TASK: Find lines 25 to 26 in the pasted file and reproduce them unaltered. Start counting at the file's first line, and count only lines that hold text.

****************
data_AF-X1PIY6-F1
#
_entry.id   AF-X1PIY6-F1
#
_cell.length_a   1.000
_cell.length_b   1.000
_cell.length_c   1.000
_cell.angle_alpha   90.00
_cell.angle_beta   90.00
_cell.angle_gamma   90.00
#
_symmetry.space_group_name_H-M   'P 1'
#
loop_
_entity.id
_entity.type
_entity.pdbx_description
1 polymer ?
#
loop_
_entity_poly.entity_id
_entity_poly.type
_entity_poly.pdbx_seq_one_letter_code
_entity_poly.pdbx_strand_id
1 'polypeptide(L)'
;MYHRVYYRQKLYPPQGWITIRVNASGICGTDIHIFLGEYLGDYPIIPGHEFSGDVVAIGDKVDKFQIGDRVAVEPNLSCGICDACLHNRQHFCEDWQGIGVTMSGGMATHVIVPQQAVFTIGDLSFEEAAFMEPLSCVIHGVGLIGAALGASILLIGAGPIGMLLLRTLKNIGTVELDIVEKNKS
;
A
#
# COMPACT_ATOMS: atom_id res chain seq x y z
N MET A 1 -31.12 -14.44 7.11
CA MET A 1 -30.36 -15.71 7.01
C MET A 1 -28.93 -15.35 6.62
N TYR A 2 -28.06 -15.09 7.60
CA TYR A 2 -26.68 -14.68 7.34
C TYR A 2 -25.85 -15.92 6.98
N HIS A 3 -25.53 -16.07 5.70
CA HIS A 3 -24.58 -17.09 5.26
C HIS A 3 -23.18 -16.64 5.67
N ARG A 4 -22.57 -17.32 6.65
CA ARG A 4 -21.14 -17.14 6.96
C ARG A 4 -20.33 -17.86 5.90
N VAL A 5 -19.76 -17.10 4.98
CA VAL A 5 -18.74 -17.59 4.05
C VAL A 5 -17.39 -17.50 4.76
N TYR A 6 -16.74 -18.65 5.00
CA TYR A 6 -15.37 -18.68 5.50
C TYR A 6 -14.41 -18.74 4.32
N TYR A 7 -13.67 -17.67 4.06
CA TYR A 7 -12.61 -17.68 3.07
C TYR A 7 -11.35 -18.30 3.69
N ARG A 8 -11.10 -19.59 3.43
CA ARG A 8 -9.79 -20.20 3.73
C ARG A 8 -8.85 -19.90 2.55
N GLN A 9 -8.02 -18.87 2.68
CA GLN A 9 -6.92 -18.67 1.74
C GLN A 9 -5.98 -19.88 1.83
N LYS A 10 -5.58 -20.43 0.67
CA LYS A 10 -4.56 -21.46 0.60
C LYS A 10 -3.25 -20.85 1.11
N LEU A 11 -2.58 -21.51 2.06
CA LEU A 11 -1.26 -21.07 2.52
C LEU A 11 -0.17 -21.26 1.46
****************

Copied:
1 'polypeptide(L)'
;MYHRVYYRQKLYPPQGWITIRVNASGICGTDIHIFLGEYLGDYPIIPGHEFSGDVVAIGDKVDKFQIGDRVAVEPNLSCGICDACLHNRQHFCEDWQGIGVTMSGGMATHVIVPQQAVFTIGDLSFEEAAFMEPLSCVIHGVGLIGAALGASILLIGAGPIGMLLLRTLKNIGTVELDIVEKNKS